- Problem solving is a common focus of psychological interventions for young people. However, existing evidence syntheses are relatively limited in their scope and conclusions. Taking a transdiagnostic approach and incorporating diverse sources of evidence, we examined the role of problem solving as an active ingredient for the indicated prevention and treatment of depression and anxiety in 14–24-year-olds. Three information sources were integrated using framework synthesis: (1) a systematic review of randomized controlled trials of problem solving; (2) a metasynthesis of qualitative evidence on the therapeutic experience of problem solving; and (3) consultations with a Youth Advisory Group.
- We conducted a rapid evidence review to explore the benefits and harms of digital cognitive-behavioral therapy (dCBT) and the barriers to and facilitators of implementing dCBT for adolescents.
- This meta-analysis aimed to determine the effect of interventions targeting multiple modifiable health behaviors (i.e., physical activity/sedentary behaviors, nutrition/diet, sleep, substance use) on depression and anxiety in young people.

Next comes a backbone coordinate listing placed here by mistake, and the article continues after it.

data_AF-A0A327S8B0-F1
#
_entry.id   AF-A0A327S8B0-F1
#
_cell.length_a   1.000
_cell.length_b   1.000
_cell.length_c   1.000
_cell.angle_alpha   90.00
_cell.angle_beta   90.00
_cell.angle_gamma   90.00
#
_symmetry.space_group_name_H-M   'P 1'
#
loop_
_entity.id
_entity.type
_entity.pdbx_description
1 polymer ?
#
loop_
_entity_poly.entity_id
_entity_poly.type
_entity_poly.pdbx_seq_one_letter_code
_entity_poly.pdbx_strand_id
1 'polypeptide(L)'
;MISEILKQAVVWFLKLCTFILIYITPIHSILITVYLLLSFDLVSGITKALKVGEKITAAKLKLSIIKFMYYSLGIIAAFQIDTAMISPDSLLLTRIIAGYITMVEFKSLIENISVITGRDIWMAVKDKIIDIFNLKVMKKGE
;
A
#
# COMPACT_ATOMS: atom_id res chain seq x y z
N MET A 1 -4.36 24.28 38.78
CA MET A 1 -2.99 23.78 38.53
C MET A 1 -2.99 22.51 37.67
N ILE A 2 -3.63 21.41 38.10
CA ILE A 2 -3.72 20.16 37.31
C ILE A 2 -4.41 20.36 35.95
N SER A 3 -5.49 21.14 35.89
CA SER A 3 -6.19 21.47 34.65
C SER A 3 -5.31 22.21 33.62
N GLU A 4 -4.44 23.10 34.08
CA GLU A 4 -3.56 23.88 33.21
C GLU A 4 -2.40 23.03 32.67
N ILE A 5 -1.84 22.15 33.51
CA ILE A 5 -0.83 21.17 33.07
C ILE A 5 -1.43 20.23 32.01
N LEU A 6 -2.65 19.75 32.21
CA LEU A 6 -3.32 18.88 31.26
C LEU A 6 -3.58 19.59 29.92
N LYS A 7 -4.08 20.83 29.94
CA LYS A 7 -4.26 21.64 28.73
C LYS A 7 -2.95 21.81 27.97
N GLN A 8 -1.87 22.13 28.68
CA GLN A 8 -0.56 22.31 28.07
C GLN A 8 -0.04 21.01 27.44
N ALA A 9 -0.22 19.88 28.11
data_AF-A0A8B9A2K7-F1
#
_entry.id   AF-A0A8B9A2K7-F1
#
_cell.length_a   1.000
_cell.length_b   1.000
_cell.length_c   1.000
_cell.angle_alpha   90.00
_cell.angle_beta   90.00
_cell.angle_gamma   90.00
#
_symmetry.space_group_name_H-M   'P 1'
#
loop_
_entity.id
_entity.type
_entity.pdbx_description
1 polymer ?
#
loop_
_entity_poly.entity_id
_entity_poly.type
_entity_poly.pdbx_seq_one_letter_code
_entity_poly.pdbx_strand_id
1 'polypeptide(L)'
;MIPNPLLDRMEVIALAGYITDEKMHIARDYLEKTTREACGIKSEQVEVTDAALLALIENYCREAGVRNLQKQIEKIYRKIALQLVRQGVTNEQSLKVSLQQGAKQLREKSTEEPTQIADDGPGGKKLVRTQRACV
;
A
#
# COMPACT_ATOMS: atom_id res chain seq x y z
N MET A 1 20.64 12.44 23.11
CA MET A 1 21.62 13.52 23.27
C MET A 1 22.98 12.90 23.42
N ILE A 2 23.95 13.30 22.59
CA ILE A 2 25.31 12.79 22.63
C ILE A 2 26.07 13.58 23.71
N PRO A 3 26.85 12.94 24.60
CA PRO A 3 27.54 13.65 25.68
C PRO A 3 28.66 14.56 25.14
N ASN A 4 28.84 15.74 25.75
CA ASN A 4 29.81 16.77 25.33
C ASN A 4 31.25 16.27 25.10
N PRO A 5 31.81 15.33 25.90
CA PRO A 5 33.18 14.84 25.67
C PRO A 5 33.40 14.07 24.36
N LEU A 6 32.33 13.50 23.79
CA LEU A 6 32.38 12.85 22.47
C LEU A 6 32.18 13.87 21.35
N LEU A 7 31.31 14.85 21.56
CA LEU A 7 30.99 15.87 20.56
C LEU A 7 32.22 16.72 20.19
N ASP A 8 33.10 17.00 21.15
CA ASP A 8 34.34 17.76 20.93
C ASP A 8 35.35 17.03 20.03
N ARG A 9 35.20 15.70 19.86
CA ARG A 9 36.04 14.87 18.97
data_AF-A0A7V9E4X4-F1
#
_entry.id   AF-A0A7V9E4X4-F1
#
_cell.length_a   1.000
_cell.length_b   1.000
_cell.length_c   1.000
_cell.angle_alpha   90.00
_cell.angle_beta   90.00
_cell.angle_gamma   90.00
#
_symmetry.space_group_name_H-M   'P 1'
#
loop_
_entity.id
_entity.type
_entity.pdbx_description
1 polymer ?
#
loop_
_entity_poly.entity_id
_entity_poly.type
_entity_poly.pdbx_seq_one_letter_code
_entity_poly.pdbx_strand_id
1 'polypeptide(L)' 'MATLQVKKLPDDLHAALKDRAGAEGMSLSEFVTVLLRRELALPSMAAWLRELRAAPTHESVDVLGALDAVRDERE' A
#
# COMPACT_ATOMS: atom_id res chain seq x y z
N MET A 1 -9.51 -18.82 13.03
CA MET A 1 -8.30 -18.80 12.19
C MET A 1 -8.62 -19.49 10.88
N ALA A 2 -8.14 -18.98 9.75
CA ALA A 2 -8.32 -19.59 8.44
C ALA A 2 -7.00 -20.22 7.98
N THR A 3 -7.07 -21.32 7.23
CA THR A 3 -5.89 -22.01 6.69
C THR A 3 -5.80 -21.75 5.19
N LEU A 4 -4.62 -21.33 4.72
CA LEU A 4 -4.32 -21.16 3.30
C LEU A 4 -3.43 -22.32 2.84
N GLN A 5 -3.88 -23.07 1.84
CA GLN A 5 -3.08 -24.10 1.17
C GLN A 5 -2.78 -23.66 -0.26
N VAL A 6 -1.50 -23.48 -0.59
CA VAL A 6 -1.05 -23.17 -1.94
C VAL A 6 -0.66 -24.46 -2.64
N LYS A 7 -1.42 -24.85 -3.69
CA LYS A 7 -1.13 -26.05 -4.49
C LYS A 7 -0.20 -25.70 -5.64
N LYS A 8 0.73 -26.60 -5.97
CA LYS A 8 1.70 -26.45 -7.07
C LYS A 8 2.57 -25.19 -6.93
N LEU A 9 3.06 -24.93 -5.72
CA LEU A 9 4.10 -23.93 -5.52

- Childhood trauma can have a profound effect on adolescent development, with a lifelong impact on physical and mental health and development. Through a review of current research on the impact of traumatic stress on adolescence, this article provides a framework for adolescent health professionals in pediatrics and primary care to understand and assess the sequelae of traumatic stress, as well as up-to-date recommendations for evidence-based treatment. We first review empirical evidence for critical windows of neurobiological impact of traumatic stress, and then we discuss the connection between these neurobiological effects and posttraumatic syndromes, including posttraumatic stress disorder, depression, aggressive behavior, and psychosis.
- Mental disorders are as prevalent among college students as same-aged non-students, and these disorders appear to be increasing in number and severity. The purpose of this report is to review the research literature on college student mental health, while also drawing comparisons to the parallel literature on the broader adolescent and young adult populations.
- Depression in childhood is associated with higher body mass index (BMI), a relative measure of overweight, and overweight is associated with cortisol reactivity, indexed by heightened secretion of cortisol in response to a stressor. The current study uses a mediation model to examine the associations between symptoms of depression, cortisol reactivity and BMI in a cross-sectional study.